Dee Brown Biography
Dee Brown helped reinvent America’s understanding of Native Americans. Published in 1970, Bury My Heart at Wounded Knee, was contemporaneous with the famous "Keep America Beautiful" commercial, which featured a Native American (played by a Sicilian American) in a canoe, shedding a tear over the pollution he saw. Dee Brown's sympathetic and rational view of Native Americans' history with the United States may have been informed by a childhood friendship with a Creek Indian boy. He also met Moses J. "Chief" Yellow Horse, who was the first "full-blooded" Native American to play Major League baseball.
In Bury My Heart at Wounded Knee, Brown laid out the ugly truth of the subjugation, expulsion, and murder of Native Americans in the late 1800s. In doing so, he helped dispel misconceptions fueled by media that had continually portrayed Native Americans as “bad guys” in classic westerns. The book was Brown’s crowning achievement, not merely for its exploration of Native American history, but also for its exposure of American identity and the foundations upon which it was built.
Facts and Trivia
- Brown worked for the Department of Agriculture before serving in the military in World War II.
- Despite his fascination with the American West and Native Americans, Dee Brown was not a Native American himself, as was commonly assumed.
- Brown is best known as a writer, but he earned a master’s degree in library science and taught at the university level for several years.
- Brown published ten histories, most of which document the American frontier in the second half of the nineteenth century.
- A television film of Bury My Heart at Wounded Knee premiered to great acclaim in the summer of 2007. It received seventeen Emmy nominations.
Dee Alexander Brown earned a reputation as one of the leading and most prolific writers about life in the early American West. He was born in the northern Louisiana town of Alberta. Before he and his younger sister were old enough for school, their father was killed and their mother moved the family across the border to Stephens, Arkansas. While their mother worked, the children were cared for by their grandmother. It was his grandmother who first aroused Dee’s interest in the world of the printed page. His mother also loved books and always made sure that their home had plenty. Before he entered the first grade, Dee was reading the works of Robert Louis Stevenson.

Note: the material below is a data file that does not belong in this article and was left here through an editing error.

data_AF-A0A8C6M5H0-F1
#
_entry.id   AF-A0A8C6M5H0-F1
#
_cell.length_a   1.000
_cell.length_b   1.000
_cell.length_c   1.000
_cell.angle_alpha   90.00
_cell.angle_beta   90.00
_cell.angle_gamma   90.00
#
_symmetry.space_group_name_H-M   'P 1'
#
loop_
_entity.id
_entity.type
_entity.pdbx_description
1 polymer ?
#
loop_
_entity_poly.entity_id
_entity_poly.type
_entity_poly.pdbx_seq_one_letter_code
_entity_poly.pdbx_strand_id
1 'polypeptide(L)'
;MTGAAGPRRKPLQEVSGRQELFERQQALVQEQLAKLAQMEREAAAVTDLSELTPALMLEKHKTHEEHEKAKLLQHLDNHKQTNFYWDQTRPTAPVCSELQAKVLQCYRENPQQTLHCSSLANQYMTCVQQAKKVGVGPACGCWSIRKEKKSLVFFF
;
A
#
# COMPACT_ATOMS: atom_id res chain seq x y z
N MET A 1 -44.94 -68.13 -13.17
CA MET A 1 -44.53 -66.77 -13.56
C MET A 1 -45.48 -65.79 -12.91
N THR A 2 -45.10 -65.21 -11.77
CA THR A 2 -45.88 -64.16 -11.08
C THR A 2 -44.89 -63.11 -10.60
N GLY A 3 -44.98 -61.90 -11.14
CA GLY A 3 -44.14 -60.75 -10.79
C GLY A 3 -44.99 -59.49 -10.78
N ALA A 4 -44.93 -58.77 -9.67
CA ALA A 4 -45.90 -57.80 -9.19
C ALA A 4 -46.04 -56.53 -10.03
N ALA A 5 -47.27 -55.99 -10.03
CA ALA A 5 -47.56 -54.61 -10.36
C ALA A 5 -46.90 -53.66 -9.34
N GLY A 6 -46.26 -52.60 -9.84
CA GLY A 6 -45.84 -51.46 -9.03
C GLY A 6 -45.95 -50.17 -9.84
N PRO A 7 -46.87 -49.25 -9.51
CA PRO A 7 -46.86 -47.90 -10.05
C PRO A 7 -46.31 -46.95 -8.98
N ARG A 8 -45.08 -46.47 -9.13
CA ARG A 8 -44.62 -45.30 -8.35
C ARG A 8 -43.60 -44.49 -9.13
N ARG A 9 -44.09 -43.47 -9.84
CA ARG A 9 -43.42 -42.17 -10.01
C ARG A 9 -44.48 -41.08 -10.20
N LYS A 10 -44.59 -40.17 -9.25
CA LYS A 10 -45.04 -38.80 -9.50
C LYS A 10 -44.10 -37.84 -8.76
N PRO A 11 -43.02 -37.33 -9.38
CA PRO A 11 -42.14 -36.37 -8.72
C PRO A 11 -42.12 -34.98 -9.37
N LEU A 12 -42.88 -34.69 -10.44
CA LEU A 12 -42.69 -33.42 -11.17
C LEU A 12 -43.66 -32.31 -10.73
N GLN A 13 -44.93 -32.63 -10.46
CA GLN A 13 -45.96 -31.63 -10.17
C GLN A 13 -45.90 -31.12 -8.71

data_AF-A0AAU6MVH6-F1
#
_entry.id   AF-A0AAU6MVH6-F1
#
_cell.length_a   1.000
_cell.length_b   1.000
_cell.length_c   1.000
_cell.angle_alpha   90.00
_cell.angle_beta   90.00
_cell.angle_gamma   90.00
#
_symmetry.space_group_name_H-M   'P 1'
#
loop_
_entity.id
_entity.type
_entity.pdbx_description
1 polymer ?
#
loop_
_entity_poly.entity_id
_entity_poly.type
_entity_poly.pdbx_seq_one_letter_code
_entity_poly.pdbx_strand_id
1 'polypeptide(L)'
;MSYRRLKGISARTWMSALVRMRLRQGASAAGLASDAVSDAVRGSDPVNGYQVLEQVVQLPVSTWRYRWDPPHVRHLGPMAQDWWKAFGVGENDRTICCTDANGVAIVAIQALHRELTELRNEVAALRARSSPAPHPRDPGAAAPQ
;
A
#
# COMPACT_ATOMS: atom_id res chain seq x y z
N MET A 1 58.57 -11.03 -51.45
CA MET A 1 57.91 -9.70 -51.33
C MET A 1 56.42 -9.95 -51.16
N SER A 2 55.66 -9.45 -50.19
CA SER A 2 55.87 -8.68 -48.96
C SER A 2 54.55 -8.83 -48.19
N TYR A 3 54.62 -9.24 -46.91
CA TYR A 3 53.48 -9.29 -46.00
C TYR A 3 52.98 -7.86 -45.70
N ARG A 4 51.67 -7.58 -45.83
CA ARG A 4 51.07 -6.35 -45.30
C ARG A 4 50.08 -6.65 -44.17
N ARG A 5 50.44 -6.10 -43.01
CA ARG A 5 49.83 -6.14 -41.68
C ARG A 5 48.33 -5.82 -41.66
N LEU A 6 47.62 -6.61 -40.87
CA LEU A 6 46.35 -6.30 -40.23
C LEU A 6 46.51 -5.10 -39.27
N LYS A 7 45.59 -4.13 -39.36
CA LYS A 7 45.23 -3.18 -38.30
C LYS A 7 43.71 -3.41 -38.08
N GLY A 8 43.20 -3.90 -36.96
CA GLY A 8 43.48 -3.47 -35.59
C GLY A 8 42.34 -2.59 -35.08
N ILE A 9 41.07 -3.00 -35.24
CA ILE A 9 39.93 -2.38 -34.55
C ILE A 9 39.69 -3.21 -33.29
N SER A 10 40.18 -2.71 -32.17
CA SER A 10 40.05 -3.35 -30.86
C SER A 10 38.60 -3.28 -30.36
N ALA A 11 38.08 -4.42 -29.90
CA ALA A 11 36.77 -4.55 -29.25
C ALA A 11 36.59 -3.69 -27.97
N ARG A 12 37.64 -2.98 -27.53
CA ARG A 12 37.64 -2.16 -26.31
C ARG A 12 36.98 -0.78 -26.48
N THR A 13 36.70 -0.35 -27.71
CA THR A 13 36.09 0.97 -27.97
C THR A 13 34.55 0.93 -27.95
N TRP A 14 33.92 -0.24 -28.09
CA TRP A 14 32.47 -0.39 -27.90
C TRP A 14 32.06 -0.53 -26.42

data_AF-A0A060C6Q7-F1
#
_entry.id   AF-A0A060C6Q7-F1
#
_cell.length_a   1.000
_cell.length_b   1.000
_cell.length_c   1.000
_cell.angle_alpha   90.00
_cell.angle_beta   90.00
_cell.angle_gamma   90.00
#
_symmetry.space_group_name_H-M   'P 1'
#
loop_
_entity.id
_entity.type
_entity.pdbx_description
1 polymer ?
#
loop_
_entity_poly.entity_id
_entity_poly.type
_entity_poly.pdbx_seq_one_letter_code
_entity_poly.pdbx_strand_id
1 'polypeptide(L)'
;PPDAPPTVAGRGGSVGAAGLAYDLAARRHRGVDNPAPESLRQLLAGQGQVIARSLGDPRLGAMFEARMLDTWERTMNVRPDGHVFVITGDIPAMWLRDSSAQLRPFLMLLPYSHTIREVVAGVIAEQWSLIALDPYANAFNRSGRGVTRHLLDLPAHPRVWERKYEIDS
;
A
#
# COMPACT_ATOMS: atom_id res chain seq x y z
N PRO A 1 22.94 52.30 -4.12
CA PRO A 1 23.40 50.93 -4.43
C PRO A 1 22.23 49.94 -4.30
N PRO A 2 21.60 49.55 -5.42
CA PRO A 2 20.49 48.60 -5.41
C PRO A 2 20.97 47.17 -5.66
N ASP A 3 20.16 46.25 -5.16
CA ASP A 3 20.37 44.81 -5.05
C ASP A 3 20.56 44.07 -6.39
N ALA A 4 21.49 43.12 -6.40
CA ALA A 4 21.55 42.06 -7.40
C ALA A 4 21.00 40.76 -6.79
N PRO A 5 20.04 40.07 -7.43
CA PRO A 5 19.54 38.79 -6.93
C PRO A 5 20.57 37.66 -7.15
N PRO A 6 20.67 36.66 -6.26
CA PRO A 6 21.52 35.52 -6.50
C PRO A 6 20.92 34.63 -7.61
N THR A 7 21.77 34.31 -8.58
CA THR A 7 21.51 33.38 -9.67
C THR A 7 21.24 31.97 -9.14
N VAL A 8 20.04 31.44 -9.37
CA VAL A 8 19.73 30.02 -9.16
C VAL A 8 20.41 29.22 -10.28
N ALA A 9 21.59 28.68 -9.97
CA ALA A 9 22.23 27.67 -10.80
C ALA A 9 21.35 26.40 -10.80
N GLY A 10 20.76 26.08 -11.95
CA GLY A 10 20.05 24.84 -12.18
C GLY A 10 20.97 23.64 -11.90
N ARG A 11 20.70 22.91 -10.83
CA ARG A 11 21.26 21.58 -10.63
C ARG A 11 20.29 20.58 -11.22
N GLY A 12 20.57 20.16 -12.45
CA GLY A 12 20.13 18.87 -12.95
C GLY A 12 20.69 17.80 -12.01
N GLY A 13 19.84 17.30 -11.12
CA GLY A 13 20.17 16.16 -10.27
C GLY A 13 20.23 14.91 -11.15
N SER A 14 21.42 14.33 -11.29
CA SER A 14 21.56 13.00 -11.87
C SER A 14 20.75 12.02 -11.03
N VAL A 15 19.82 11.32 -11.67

Much of the money that Dee earned as a boy was spent on books and the new pulp magazines with their fascinating stories. One of these magazines, Blue Book, published Dee Brown’s first short story while he was still in high school. The Brown family moved to the city of Little Rock so that Dee could attend a better high school. This gave him access to a good public library, which soon became his second home. He quickly became an admirer of such writers as Sherwood Anderson, John Dos Passos, and William Faulkner.
Several factors were involved in Brown’s developing an interest in history, the American West, and American Indians. The first was his reading of an edition of History of the Expedition Under the Command of Captains Lewis and Clark. Visits from relatives who lived in west Texas provided further influence. Many of his boyhood companions were American Indians. He also met Moses Yellowhorse, a American Indian baseball player for the Arkansas Travelers. Years later, Dee Brown’s first western novel was entitled Yellowhorse.